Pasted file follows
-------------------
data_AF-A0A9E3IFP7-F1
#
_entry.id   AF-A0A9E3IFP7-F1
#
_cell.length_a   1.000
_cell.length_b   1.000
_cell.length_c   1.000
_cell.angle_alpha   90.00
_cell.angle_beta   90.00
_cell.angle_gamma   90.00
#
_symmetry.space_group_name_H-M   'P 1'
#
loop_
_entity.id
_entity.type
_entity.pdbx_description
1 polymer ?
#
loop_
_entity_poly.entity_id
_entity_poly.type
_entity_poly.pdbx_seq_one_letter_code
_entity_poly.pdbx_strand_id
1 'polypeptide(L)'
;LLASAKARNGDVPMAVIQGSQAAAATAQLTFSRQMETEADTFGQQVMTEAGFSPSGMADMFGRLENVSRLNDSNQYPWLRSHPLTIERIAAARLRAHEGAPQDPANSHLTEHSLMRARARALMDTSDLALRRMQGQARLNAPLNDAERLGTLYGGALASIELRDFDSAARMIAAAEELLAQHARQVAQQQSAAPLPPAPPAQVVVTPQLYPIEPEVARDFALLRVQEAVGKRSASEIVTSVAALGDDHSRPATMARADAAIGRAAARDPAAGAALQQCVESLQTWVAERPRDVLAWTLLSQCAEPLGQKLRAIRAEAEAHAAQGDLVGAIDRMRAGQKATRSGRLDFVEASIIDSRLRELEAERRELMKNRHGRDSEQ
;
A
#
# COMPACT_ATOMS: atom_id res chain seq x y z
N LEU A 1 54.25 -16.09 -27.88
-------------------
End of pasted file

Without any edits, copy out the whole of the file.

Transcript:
data_AF-A0A9E3IFP7-F1
#
_entry.id   AF-A0A9E3IFP7-F1
#
_cell.length_a   1.000
_cell.length_b   1.000
_cell.length_c   1.000
_cell.angle_alpha   90.00
_cell.angle_beta   90.00
_cell.angle_gamma   90.00
#
_symmetry.space_group_name_H-M   'P 1'
#
loop_
_entity.id
_entity.type
_entity.pdbx_description
1 polymer ?
#
loop_
_entity_poly.entity_id
_entity_poly.type
_entity_poly.pdbx_seq_one_letter_code
_entity_poly.pdbx_strand_id
1 'polypeptide(L)'
;LLASAKARNGDVPMAVIQGSQAAAATAQLTFSRQMETEADTFGQQVMTEAGFSPSGMADMFGRLENVSRLNDSNQYPWLRSHPLTIERIAAARLRAHEGAPQDPANSHLTEHSLMRARARALMDTSDLALRRMQGQARLNAPLNDAERLGTLYGGALASIELRDFDSAARMIAAAEELLAQHARQVAQQQSAAPLPPAPPAQVVVTPQLYPIEPEVARDFALLRVQEAVGKRSASEIVTSVAALGDDHSRPATMARADAAIGRAAARDPAAGAALQQCVESLQTWVAERPRDVLAWTLLSQCAEPLGQKLRAIRAEAEAHAAQGDLVGAIDRMRAGQKATRSGRLDFVEASIIDSRLRELEAERRELMKNRHGRDSEQ
;
A
#
# COMPACT_ATOMS: atom_id res chain seq x y z
N LEU A 1 54.25 -16.09 -27.88